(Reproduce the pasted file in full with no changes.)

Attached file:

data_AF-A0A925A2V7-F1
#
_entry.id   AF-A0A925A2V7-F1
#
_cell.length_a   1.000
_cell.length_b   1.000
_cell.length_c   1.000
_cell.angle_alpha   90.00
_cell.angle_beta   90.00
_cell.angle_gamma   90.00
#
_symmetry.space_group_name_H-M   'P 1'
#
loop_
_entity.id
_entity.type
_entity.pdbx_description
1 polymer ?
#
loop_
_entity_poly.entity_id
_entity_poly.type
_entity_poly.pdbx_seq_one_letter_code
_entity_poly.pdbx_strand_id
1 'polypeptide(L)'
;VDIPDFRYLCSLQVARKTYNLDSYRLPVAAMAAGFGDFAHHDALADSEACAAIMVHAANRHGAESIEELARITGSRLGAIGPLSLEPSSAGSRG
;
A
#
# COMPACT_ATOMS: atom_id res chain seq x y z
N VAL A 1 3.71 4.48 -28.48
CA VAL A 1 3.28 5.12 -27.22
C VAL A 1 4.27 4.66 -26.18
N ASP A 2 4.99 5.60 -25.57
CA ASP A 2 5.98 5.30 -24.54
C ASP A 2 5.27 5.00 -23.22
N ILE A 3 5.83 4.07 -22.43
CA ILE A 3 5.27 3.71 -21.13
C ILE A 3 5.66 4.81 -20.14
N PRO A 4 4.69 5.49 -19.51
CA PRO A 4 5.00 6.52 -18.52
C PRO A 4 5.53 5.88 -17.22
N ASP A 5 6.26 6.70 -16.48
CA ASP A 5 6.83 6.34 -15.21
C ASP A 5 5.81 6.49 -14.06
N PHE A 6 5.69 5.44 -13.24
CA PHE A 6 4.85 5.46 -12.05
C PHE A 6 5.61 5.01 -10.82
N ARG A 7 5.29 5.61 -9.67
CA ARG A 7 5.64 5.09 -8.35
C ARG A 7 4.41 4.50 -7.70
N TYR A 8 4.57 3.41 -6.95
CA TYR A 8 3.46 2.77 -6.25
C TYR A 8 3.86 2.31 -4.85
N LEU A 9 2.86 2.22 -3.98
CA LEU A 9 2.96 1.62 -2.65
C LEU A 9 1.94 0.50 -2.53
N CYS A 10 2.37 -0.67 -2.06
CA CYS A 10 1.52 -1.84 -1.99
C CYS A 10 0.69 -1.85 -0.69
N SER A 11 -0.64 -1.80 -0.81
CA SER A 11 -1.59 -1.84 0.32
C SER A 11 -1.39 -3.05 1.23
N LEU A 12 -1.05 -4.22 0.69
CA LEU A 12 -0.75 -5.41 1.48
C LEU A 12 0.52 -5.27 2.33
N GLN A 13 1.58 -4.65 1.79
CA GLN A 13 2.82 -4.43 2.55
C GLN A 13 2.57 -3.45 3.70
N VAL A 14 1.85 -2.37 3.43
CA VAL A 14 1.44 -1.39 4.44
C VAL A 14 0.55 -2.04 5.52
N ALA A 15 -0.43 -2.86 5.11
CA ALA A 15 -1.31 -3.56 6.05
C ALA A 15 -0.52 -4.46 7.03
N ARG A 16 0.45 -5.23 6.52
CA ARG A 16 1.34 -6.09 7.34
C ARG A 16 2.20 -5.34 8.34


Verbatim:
data_AF-A0A925A2V7-F1
#
_entry.id   AF-A0A925A2V7-F1
#
_cell.length_a   1.000
_cell.length_b   1.000
_cell.length_c   1.000
_cell.angle_alpha   90.00
_cell.angle_beta   90.00
_cell.angle_gamma   90.00
#
_symmetry.space_group_name_H-M   'P 1'
#
loop_
_entity.id
_entity.type
_entity.pdbx_description
1 polymer ?
#
loop_
_entity_poly.entity_id
_entity_poly.type
_entity_poly.pdbx_seq_one_letter_code
_entity_poly.pdbx_strand_id
1 'polypeptide(L)'
;VDIPDFRYLCSLQVARKTYNLDSYRLPVAAMAAGFGDFAHHDALADSEACAAIMVHAANRHGAESIEELARITGSRLGAIGPLSLEPSSAGSRG
;
A
#
# COMPACT_ATOMS: atom_id res chain seq x y z
N VAL A 1 3.71 4.48 -28.48
CA VAL A 1 3.28 5.12 -27.22
C VAL A 1 4.27 4.66 -26.18
N ASP A 2 4.99 5.60 -25.57
CA ASP A 2 5.98 5.30 -24.54
C ASP A 2 5.27 5.00 -23.22
N ILE A 3 5.83 4.07 -22.43
CA ILE A 3 5.27 3.71 -21.13
C ILE A 3 5.66 4.81 -20.14
N PRO A 4 4.69 5.49 -19.51
CA PRO A 4 5.00 6.52 -18.52
C PRO A 4 5.53 5.88 -17.22
N ASP A 5 6.26 6.70 -16.48
CA ASP A 5 6.83 6.34 -15.21
C ASP A 5 5.81 6.49 -14.06
N PHE A 6 5.69 5.44 -13.24
CA PHE A 6 4.85 5.46 -12.05
C PHE A 6 5.61 5.01 -10.82
N ARG A 7 5.29 5.61 -9.67
CA ARG A 7 5.64 5.09 -8.35
C ARG A 7 4.41 4.50 -7.70
N TYR A 8 4.57 3.41 -6.95
CA TYR A 8 3.46 2.77 -6.25
C TYR A 8 3.86 2.31 -4.85
N LEU A 9 2.86 2.22 -3.98
CA LEU A 9 2.96 1.62 -2.65
C LEU A 9 1.94 0.50 -2.53
N CYS A 10 2.37 -0.67 -2.06
CA CYS A 10 1.52 -1.84 -1.99
C CYS A 10 0.69 -1.85 -0.69
N SER A 11 -0.64 -1.80 -0.81
CA SER A 11 -1.59 -1.84 0.32
C SER A 11 -1.39 -3.05 1.23
N LEU A 12 -1.05 -4.22 0.69
CA LEU A 12 -0.75 -5.41 1.48
C LEU A 12 0.52 -5.27 2.33
N GLN A 13 1.58 -4.65 1.79
CA GLN A 13 2.82 -4.43 2.55
C GLN A 13 2.57 -3.45 3.70
N VAL A 14 1.85 -2.37 3.43
CA VAL A 14 1.44 -1.39 4.44
C VAL A 14 0.55 -2.04 5.52
N ALA A 15 -0.43 -2.86 5.11
CA ALA A 15 -1.31 -3.56 6.05
C ALA A 15 -0.52 -4.46 7.03
N ARG A 16 0.45 -5.23 6.52
CA ARG A 16 1.34 -6.09 7.34
C ARG A 16 2.20 -5.34 8.34